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Lecture: Katharyne Mitchell: Moody’s Blues : Risk, Ratings, and the Production of Urban Space (10/22; UC Berkeley)

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  • Asha Agrawal
    Please conserve: Think before you print this email. [From
    Message 1 of 1 , Oct 14, 2009
      Please conserve: Think before you print this email.


      Katharyne Mitchell: Moody’s Blues: Risk, Ratings, and the Production of
      Urban Space

      Date: Thursday, October 22, 2009 (4:00 p.m. - 6:00 p.m.)

      Location: 305 Wurster, UC Berkeley

      Contact Info: Janet Dawson
      Email: jgdawson@...
      URL: http://iurd.berkeley.edu/

      What makes a space risky? Dark alleys? Downgraded bonds? Mitchell examines
      the way that concepts of financial risk and physical risk come together
      and influence urban politics. Tracing the movement of two global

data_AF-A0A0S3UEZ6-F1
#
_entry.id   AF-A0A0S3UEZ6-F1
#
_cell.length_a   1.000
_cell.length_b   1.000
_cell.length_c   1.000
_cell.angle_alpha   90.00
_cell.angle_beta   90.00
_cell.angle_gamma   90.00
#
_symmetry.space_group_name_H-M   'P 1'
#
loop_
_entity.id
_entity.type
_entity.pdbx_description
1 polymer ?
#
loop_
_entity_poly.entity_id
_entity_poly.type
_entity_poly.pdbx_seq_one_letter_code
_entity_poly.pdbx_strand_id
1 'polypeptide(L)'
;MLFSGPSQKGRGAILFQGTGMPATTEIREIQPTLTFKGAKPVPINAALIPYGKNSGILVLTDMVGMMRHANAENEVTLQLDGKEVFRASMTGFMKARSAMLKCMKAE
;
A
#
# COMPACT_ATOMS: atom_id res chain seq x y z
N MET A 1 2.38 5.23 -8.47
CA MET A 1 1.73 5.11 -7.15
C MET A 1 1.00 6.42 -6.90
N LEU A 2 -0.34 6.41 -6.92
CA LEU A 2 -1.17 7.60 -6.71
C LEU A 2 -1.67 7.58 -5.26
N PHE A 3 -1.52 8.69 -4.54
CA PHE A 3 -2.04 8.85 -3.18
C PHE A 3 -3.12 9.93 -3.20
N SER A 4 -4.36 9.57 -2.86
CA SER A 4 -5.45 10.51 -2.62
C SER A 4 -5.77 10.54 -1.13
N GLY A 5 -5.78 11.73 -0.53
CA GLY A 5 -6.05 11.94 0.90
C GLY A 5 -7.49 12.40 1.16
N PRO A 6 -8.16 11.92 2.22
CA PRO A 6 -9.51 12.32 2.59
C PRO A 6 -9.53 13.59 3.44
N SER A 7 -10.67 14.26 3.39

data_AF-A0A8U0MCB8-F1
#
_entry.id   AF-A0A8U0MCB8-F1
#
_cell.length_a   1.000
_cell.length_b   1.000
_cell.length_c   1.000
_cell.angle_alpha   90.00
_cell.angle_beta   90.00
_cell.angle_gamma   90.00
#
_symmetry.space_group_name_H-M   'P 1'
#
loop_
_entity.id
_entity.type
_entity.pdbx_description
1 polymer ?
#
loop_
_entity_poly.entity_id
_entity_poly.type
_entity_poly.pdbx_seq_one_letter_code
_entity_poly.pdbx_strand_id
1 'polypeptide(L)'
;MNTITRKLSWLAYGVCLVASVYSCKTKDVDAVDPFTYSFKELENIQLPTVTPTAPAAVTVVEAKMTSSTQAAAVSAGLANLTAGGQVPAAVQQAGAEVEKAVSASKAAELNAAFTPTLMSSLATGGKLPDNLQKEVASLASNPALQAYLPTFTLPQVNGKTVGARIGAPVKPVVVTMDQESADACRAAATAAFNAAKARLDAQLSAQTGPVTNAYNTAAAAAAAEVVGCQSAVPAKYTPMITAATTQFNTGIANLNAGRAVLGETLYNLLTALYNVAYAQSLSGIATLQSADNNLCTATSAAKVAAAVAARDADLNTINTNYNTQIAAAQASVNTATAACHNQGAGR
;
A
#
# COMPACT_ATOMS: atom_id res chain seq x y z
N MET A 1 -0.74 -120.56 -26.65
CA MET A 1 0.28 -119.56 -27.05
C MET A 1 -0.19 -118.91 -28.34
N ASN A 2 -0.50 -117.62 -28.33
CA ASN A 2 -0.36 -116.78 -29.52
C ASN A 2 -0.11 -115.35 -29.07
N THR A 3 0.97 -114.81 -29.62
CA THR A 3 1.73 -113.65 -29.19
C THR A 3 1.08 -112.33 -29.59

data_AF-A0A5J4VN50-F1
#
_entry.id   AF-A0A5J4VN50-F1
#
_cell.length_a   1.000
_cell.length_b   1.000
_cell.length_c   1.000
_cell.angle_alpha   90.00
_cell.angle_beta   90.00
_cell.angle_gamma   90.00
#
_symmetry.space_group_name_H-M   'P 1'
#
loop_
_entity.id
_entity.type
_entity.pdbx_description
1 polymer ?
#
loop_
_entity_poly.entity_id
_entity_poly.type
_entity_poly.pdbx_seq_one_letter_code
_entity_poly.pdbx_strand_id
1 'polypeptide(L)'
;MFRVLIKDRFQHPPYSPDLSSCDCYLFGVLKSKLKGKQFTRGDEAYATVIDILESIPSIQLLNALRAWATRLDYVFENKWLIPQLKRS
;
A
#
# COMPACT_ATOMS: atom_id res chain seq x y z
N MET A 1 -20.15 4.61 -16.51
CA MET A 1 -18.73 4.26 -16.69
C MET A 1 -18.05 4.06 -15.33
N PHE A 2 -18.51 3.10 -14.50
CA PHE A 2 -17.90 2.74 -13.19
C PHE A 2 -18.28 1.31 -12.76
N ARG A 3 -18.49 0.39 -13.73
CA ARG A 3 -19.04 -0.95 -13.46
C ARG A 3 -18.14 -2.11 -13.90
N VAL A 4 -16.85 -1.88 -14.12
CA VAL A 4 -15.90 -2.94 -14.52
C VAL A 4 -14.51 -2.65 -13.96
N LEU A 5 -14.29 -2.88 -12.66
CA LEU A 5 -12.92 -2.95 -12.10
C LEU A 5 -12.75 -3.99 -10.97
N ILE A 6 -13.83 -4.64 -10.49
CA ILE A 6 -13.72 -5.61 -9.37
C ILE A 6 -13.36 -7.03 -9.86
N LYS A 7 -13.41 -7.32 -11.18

companies—Moody’s Investors Service and Giuliani Partners—she shows how
      U.S. directed ideas about risk and security profoundly affect the
      governance of cities worldwide.

      Katharyne Mitchell is Professor and Chair of Geography and the Simpson
      Professor of the Public Humanities at the University of Washington. Her
      topical interests include urban studies, migration, public scholarship,
      and education. In recent work she has written about immigrant integration
      in France, education and citizenship in the U.S., Canada, and the U.K.,
      and new urban technologies of social and spatial control. From 2004-2007
      she was the director of the Reclaiming Childhood project, an
      interdisciplinary and community oriented collaboration examining the
      changing nature of American childhood under neoliberalism. See

      Recent books include: Crossing the Neoliberal Line: Pacific Rim Migration
      and the Metropolis, Life's Work: Geographies of Social Reproduction, A
      Companion to Political Geography, and Practicing Public Scholarship:
      Experiences and Possibilities beyond the Academy. She is currently
      tweeting, blogging, mapping, and co-authoring a mass market tract entitled
      Stealing Childhood Back with a poet and a child psychologist.

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